On T1 lines and Ancient Greek

Since Rali still seems to be gone, and I want to keep her blog going, how about a little cross-disciplinary thinking?

Most people know by know that computers think in zeros and ones.  Every letter you type on a keyboard, every video you look at on YouTube, every sound your computer produces is represented internally by a binary number.  For example, the letter “A” would be stored in computer memory as 01000001.  Of course, the computer doesn’t actually store a number, but a representation of a number.  These representations can take a variety of forms, such as a high or low voltage in a chip (High representing 1, low 0.)  When signals are sent across buses and between computers, a pulse of voltage at a certain level represents a 1, whereas a lack of voltage represents a zero.

Below is a waveform I captured with an oscilloscope off of a T1 line in my home lab.  A T1 is a type of digital circuit provided by the telephone company, which is commonly used to connect computer networks over long distances.  I captured two waveforms simultaneously, one off the transmit side and one off the receive side.  Look first at the bottom graph.  You’ll see a series of pulses, some going up, some going down, with an occasional flat line between them.  This would be interpreted as 1111101111110…  Each pulse represents a one, regardless of whether it points up or down.  This alternation of the pulses between negative and positive is a deliberate design which creates a zero net DC voltage on the line.  The important thing to notice is that the pulses always alternate, with positive following negative and vice versa.

Now look at the top chart.  We see a pattern that looks like 1101100011011001…  But we clearly see two negative pulses, followed shortly after by two positive pulses.  This is a violation of the rule I just described.  What gives?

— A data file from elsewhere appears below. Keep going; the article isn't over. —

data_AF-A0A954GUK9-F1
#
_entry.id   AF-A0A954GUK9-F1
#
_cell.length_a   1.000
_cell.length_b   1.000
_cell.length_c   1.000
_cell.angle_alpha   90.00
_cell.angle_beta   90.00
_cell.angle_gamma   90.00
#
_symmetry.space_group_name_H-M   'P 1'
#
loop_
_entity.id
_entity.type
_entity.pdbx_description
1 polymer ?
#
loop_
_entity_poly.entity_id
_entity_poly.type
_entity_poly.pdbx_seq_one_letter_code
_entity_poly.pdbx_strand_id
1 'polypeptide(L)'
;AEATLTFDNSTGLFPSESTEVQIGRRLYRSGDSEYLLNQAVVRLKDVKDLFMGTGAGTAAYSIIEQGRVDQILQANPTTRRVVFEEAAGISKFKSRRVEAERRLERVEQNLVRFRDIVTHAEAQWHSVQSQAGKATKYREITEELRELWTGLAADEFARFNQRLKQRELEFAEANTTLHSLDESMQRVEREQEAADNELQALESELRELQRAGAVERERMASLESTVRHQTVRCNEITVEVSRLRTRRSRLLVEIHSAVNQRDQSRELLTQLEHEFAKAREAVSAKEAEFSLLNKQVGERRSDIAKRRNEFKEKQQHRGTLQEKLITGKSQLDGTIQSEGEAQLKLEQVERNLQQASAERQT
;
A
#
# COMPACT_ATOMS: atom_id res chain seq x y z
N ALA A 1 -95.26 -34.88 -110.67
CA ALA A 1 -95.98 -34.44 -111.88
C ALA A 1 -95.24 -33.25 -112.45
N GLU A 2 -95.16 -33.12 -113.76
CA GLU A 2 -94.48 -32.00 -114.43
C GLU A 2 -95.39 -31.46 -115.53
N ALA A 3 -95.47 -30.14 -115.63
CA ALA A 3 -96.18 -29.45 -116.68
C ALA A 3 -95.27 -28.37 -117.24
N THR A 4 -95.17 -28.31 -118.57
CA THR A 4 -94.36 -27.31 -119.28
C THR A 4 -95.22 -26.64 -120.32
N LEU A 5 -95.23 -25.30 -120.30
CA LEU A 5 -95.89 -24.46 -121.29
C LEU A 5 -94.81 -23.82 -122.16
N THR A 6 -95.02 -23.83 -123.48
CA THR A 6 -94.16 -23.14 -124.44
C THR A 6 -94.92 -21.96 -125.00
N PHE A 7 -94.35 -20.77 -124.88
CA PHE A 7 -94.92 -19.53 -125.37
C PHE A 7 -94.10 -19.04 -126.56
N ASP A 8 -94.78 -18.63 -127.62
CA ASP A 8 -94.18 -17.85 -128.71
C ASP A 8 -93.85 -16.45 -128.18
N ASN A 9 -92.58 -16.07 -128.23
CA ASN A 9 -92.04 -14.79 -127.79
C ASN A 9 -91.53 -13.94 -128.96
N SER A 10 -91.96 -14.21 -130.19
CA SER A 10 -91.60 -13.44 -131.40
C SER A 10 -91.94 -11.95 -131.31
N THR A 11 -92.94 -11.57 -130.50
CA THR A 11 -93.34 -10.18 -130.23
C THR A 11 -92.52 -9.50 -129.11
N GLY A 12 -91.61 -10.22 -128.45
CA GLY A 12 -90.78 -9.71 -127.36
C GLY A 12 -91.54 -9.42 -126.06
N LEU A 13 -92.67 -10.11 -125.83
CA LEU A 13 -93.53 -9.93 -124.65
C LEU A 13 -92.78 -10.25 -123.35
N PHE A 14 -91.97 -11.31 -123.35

It turns out that T1 lines don’t like to have long strings of zeros.  It throws off the timing of the line.  So whenever a long string of zeros shows up at the T1 equipment, it throws in a special pattern of 00011011 to remove the zeros, but then forces two bipolar violations to signal the receiving equipment that what it really wanted to send was 00000000 and not 00011011.  If it had really intended to say 00011011, the signal would have normal, alternating polarity.  We call this Binary 8 Zero Substitution, or B8ZS.

So what does this have to do with anything?  Well, the devil is in the details, whether it’s computers speaking or humans.  It shows how two things can look remarkably similar, and yet be completely different.  For Greek students, it should emphasize the importance of paying attention to diacritical markings!  Just like our 00011011 looks like 00011011, but is in fact 00000000, ἤ may look like ἡ or ᾖ, but they are not the same thing.  ποίει looks almost identical to ποιεῖ, but the accents are different, and so are the meanings.  The Greeks may not have needed diacritical marks, but they are your best friend, so keep your eye on the less obvious details if you want to read Greek.  Learn the diacritical marks as a part of the spelling of the word, and pay attention to those iota subscripts, which, although not technically diacritical marks, are treated the same way by many students, and ignored.


2 thoughts on “On T1 lines and Ancient Greek

  1. If you speak ASCII, the capital (uppercase) “A” is indeed hex 41 as you say, and the lowercase “a” would be hex 61. On the other hand, if you speak IBM EBCDIC, uppercase “A” is hex 81 and lowercase “a” id hex C1. Both encodings are quite popular, but to translate what is flowing through the wires, one needs to know what “dialect” is being used.

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